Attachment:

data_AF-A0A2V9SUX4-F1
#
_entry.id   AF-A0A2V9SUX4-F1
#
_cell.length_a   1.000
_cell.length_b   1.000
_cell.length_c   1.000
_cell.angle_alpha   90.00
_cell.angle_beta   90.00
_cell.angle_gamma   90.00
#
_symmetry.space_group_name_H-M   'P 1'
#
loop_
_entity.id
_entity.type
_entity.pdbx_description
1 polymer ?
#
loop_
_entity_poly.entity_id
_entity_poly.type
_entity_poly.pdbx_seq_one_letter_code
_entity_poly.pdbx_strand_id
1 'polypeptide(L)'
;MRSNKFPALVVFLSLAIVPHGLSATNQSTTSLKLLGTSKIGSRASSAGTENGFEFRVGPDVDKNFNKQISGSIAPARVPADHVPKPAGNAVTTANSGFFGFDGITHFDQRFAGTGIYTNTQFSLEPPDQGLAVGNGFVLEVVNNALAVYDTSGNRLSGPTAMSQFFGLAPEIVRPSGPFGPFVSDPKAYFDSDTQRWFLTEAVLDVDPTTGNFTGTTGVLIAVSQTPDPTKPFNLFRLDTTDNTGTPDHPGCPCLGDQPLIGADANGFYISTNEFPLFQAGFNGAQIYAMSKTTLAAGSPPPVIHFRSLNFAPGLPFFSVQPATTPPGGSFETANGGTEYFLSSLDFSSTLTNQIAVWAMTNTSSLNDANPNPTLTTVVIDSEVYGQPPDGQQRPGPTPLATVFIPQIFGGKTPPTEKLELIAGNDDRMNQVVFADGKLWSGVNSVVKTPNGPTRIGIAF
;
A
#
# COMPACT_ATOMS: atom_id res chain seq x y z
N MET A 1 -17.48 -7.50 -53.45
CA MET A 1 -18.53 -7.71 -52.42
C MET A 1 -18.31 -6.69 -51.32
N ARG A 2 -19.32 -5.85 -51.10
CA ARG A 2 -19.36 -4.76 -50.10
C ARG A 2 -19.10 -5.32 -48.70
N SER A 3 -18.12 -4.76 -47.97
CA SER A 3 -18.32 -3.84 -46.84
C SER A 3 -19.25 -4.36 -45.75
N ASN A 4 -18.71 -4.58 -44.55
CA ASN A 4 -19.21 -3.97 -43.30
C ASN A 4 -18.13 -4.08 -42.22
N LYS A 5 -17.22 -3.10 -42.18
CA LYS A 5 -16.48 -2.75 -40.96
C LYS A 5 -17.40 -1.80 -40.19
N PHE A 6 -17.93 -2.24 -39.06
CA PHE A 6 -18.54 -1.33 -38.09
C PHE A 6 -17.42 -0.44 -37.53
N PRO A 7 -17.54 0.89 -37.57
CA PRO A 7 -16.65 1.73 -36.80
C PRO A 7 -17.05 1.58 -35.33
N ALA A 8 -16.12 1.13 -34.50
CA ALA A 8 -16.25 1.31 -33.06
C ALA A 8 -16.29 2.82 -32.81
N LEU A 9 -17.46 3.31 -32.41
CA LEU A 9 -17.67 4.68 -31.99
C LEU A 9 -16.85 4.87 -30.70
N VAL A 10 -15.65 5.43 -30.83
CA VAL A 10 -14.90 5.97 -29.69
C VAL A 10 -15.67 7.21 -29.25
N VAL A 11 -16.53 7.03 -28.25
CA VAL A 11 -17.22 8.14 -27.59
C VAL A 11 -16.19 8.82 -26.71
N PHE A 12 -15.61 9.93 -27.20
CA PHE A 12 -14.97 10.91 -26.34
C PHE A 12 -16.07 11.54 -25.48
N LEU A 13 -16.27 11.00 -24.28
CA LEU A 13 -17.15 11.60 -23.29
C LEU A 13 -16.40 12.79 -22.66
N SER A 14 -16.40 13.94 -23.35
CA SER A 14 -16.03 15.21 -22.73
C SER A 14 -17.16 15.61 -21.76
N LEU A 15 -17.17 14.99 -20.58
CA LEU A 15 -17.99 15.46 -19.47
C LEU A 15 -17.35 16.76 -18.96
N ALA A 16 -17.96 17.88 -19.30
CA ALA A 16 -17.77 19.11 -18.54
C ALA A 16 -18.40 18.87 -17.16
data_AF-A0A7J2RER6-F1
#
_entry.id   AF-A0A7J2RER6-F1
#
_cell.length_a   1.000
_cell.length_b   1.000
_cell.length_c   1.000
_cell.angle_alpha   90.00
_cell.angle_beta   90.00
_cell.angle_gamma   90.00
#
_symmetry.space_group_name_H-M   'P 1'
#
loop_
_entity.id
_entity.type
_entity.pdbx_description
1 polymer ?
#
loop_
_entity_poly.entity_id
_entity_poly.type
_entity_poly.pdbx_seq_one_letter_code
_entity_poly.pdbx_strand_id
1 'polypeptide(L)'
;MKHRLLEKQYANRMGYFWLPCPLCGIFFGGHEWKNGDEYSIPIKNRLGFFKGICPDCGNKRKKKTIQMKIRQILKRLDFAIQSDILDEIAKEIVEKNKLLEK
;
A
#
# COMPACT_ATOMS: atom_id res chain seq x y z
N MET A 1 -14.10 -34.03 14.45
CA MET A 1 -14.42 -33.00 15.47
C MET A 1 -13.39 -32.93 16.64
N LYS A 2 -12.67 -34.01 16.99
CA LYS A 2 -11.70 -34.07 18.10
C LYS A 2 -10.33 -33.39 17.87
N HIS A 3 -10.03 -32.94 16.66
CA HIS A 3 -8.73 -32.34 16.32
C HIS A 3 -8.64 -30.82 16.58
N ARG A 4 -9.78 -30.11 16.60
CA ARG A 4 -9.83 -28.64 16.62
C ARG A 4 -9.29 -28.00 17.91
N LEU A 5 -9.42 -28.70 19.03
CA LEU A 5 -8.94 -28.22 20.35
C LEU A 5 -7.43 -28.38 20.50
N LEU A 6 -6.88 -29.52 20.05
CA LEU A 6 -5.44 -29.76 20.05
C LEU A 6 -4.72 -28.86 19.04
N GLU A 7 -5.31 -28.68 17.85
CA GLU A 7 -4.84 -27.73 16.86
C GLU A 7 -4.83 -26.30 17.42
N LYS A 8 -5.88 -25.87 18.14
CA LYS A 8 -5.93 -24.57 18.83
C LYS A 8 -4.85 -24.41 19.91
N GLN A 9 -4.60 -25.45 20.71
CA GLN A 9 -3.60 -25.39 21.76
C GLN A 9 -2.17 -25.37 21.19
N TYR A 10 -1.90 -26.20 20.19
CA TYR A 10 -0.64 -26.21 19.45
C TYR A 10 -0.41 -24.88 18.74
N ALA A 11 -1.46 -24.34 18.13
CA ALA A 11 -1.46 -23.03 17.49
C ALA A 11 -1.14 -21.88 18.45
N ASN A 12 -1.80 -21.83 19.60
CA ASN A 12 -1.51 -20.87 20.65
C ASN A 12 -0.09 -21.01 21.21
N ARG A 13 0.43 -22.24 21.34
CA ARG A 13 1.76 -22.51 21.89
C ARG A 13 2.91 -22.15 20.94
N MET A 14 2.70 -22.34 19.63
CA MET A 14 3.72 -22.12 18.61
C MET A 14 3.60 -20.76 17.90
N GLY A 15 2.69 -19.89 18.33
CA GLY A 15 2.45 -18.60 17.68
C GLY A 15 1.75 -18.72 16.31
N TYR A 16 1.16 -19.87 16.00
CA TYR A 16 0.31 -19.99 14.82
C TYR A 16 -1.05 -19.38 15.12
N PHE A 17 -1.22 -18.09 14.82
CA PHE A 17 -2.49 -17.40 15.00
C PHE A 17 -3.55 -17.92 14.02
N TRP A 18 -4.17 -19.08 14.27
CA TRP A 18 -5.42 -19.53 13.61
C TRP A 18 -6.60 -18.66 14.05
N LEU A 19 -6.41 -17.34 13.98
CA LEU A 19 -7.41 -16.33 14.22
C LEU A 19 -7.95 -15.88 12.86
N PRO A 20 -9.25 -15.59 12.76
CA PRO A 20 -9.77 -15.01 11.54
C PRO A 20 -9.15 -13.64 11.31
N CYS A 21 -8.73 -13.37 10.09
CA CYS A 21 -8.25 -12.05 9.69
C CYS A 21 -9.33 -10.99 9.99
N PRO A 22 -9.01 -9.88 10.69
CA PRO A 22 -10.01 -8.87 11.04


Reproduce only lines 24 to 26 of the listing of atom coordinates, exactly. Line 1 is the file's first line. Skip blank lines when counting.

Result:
_entity_poly.pdbx_strand_id
1 'polypeptide(L)'
;MRSNKFPALVVFLSLAIVPHGLSATNQSTTSLKLLGTSKIGSRASSAGTENGFEFRVGPDVDKNFNKQISGSIAPARVPADHVPKPAGNAVTTANSGFFGFDGITHFDQRFAGTGIYTNTQFSLEPPDQGLAVGNGFVLEVVNNALAVYDTSGNRLSGPTAMSQFFGLAPEIVRPSGPFGPFVSDPKAYFDSDTQRWFLTEAVLDVDPTTGNFTGTTGVLIAVSQTPDPTKPFNLFRLDTTDNTGTPDHPGCPCLGDQPLIGADANGFYISTNEFPLFQAGFNGAQIYAMSKTTLAAGSPPPVIHFRSLNFAPGLPFFSVQPATTPPGGSFETANGGTEYFLSSLDFSSTLTNQIAVWAMTNTSSLNDANPNPTLTTVVIDSEVYGQPPDGQQRPGPTPLATVFIPQIFGGKTPPTEKLELIAGNDDRMNQVVFADGKLWSGVNSVVKTPNGPTRIGIAF